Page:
Baz Luhrmann, whose films have spawned some of the top-selling soundtrack albums of the past 15 years, is getting into the record business.
The Great Gatsby and Moulin Rouge! director is partnering with Sony Music's RCA Records on a custom label, Bazmark, to release music from Luhrmann's film, TV and theater projects, as well as signing new artists and acquiring rights to recordings.
"My current work is all music-driven, and all of it requires classics or new music artists," says Luhrmann, 52, whose stage version of Strictly Ballroom opened in Australia on Jan. 17. "I'm going to try to build a home that has a great foundation, and I hope it has longevity. I would feel useful if just one or two artists found their creative road through the home we're about to build."
Soundtracks for Luhrmann films, released on Interscope since 2000 and Capitol prior to then, have sold exceptionally well. In the U.S., 2014's Gatsby sold 610,000 units; Moulin Rouge! (2001) moved 3.2 million and included the Grammy-winning Hot 100 chart-topper "Lady Marmalade" by Christina Aguilera, P!nk, Lil' Kim and Mya; and 1999's William Shakespeare's Romeo + Juliet sold 3.3 million, according to Nielsen Music.
The RCA deal sprung from label chiefs Tom Corson and Peter Edge expressing interest in another Sony property, Sony Pictures Television-produced series The Get Down, Luhrmann's music-centered drama series set in New York in the late 1970s, which Netflix will stream in 2016. That conversation led to a meeting in London with Luhrmann's lawyer, and eventually a sit-down with the director in his native Australia.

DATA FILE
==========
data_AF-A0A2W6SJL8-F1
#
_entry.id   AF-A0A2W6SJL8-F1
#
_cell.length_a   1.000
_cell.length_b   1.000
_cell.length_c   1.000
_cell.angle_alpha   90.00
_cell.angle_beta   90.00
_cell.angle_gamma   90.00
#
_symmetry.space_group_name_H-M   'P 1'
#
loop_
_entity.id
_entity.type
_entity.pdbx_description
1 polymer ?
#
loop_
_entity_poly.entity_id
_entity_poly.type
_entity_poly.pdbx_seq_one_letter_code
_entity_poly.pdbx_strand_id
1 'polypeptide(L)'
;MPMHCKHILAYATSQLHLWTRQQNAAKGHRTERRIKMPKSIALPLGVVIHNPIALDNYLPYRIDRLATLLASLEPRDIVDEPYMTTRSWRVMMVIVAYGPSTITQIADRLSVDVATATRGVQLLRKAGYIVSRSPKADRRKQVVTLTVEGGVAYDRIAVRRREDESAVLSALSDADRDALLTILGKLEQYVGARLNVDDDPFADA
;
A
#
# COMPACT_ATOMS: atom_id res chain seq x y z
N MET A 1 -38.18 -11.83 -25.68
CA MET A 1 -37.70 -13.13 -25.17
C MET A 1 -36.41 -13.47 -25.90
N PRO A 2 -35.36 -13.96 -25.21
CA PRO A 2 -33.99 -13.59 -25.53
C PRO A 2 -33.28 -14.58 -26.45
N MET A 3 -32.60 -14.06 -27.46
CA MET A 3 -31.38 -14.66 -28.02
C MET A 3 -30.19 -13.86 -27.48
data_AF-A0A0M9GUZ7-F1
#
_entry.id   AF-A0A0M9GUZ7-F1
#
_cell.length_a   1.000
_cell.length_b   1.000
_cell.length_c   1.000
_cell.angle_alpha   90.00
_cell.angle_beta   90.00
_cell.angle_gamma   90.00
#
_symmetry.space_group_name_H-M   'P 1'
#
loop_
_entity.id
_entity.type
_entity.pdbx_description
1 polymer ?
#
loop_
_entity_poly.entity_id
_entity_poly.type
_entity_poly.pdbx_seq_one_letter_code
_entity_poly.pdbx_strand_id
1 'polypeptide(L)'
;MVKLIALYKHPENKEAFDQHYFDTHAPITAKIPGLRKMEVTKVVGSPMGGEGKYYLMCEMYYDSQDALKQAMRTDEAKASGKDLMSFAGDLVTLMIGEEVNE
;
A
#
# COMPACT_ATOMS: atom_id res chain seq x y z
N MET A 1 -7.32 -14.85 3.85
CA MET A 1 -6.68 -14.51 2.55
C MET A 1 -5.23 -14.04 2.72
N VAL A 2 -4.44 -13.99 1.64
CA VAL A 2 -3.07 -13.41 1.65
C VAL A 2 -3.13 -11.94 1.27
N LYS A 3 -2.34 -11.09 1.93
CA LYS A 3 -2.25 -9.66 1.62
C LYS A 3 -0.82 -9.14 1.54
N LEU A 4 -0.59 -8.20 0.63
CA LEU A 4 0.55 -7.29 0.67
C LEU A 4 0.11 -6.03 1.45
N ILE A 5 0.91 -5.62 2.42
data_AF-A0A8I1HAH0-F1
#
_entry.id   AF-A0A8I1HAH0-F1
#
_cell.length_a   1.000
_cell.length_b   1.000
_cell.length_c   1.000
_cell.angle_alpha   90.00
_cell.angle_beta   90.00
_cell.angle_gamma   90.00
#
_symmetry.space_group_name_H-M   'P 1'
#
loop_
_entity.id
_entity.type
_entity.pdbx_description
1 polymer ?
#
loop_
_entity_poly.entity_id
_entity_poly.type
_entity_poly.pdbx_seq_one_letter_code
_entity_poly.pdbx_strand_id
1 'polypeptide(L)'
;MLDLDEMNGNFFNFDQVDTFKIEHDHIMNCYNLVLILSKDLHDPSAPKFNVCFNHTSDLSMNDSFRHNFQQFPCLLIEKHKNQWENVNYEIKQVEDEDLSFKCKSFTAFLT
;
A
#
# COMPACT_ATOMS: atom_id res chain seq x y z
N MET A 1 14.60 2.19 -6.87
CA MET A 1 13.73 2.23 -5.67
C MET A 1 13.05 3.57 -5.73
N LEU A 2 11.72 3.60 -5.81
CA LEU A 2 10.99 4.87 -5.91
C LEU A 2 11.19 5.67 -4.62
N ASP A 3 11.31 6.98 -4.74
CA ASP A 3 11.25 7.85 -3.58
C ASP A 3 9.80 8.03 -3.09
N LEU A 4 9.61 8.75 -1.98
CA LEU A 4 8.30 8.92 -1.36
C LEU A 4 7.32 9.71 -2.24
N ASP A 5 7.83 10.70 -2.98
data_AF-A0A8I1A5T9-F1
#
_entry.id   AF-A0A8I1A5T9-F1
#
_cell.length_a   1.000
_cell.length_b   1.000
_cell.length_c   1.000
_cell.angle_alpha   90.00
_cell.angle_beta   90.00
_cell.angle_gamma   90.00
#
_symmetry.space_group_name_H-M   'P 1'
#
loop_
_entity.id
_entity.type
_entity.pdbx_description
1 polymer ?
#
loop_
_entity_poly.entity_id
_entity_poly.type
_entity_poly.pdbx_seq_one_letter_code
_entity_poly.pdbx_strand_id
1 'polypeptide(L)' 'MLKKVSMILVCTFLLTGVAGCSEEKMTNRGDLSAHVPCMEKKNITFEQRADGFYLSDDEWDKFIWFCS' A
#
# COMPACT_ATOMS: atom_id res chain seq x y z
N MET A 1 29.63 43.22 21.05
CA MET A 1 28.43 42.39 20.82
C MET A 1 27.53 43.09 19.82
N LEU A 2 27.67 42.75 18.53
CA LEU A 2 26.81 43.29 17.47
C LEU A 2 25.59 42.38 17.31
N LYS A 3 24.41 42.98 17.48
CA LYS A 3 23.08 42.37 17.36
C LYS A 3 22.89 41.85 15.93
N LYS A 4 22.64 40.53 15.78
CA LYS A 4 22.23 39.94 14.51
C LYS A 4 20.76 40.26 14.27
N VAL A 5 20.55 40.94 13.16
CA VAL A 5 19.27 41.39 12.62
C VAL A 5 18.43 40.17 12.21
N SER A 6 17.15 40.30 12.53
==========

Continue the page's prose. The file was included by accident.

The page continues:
"It was presented to us as, 'Baz is looking for a home for his ideas,' and the label was an outgrowth of that," says Corson. "He makes everything contemporary, and that really appeals to myself and Peter. Part of the culture around RCA is making sure we have these kinds of visionaries in our midst." Adds Edge, "When it became clear he might look for a new home for music, we were at the front of the line with our hand in the air."
Baz has a music hit to his own name. He scored a No. 1 single in the U.K. back in 1999 with the spoken word piece "Everybody's Free (to Wear Sunscreen)," which was released through EMI. The track was based on a essay written by Mary Schmich, and published in a June 1997 Chicago Tribune column.
A version of this article first appeared in the Feb. 28 issue of Billboard.